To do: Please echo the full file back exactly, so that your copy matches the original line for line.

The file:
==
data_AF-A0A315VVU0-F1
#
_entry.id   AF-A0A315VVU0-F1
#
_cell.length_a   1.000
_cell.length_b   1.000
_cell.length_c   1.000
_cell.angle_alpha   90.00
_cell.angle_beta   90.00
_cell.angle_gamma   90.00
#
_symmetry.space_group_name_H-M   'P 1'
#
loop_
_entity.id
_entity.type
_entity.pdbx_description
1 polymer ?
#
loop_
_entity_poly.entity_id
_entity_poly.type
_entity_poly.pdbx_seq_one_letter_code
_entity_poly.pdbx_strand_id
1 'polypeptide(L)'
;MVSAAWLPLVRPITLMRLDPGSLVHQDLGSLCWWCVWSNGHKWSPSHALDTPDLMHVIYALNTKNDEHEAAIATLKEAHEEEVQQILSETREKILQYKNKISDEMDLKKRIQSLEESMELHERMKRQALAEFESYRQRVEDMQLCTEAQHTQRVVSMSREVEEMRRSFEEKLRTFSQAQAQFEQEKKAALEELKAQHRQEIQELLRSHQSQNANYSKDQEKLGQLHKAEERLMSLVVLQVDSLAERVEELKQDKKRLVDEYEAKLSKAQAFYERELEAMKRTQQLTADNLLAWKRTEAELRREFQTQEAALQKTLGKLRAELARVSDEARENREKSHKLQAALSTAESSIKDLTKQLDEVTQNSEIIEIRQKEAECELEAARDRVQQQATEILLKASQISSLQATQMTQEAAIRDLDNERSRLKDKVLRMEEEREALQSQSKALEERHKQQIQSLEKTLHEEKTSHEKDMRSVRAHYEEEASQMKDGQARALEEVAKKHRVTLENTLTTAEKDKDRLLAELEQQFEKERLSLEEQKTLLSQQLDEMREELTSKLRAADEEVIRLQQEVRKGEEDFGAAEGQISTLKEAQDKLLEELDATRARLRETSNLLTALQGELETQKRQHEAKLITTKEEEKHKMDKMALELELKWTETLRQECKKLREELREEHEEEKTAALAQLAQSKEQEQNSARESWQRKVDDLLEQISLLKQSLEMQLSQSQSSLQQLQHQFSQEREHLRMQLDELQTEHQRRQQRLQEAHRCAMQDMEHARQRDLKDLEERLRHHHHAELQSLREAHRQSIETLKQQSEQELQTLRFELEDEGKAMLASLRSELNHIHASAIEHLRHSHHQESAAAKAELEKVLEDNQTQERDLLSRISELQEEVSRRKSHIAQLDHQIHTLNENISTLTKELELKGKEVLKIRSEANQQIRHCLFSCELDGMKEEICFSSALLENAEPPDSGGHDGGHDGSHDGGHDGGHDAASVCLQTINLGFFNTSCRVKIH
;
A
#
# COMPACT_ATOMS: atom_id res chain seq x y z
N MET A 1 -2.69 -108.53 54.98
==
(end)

data_AF-A0A315VVU0-F1
#
_entry.id   AF-A0A315VVU0-F1
#
_cell.length_a   1.000
_cell.length_b   1.000
_cell.length_c   1.000
_cell.angle_alpha   90.00
_cell.angle_beta   90.00
_cell.angle_gamma   90.00
#
_symmetry.space_group_name_H-M   'P 1'
#
loop_
_entity.id
_entity.type
_entity.pdbx_description
1 polymer ?
#
loop_
_entity_poly.entity_id
_entity_poly.type
_entity_poly.pdbx_seq_one_letter_code
_entity_poly.pdbx_strand_id
1 'polypeptide(L)'
;MVSAAWLPLVRPITLMRLDPGSLVHQDLGSLCWWCVWSNGHKWSPSHALDTPDLMHVIYALNTKNDEHEAAIATLKEAHEEEVQQILSETREKILQYKNKISDEMDLKKRIQSLEESMELHERMKRQALAEFESYRQRVEDMQLCTEAQHTQRVVSMSREVEEMRRSFEEKLRTFSQAQAQFEQEKKAALEELKAQHRQEIQELLRSHQSQNANYSKDQEKLGQLHKAEERLMSLVVLQVDSLAERVEELKQDKKRLVDEYEAKLSKAQAFYERELEAMKRTQQLTADNLLAWKRTEAELRREFQTQEAALQKTLGKLRAELARVSDEARENREKSHKLQAALSTAESSIKDLTKQLDEVTQNSEIIEIRQKEAECELEAARDRVQQQATEILLKASQISSLQATQMTQEAAIRDLDNERSRLKDKVLRMEEEREALQSQSKALEERHKQQIQSLEKTLHEEKTSHEKDMRSVRAHYEEEASQMKDGQARALEEVAKKHRVTLENTLTTAEKDKDRLLAELEQQFEKERLSLEEQKTLLSQQLDEMREELTSKLRAADEEVIRLQQEVRKGEEDFGAAEGQISTLKEAQDKLLEELDATRARLRETSNLLTALQGELETQKRQHEAKLITTKEEEKHKMDKMALELELKWTETLRQECKKLREELREEHEEEKTAALAQLAQSKEQEQNSARESWQRKVDDLLEQISLLKQSLEMQLSQSQSSLQQLQHQFSQEREHLRMQLDELQTEHQRRQQRLQEAHRCAMQDMEHARQRDLKDLEERLRHHHHAELQSLREAHRQSIETLKQQSEQELQTLRFELEDEGKAMLASLRSELNHIHASAIEHLRHSHHQESAAAKAELEKVLEDNQTQERDLLSRISELQEEVSRRKSHIAQLDHQIHTLNENISTLTKELELKGKEVLKIRSEANQQIRHCLFSCELDGMKEEICFSSALLENAEPPDSGGHDGGHDGSHDGGHDGGHDAASVCLQTINLGFFNTSCRVKIH
;
A
#
# COMPACT_ATOMS: atom_id res chain seq x y z
N MET A 1 -2.69 -108.53 54.98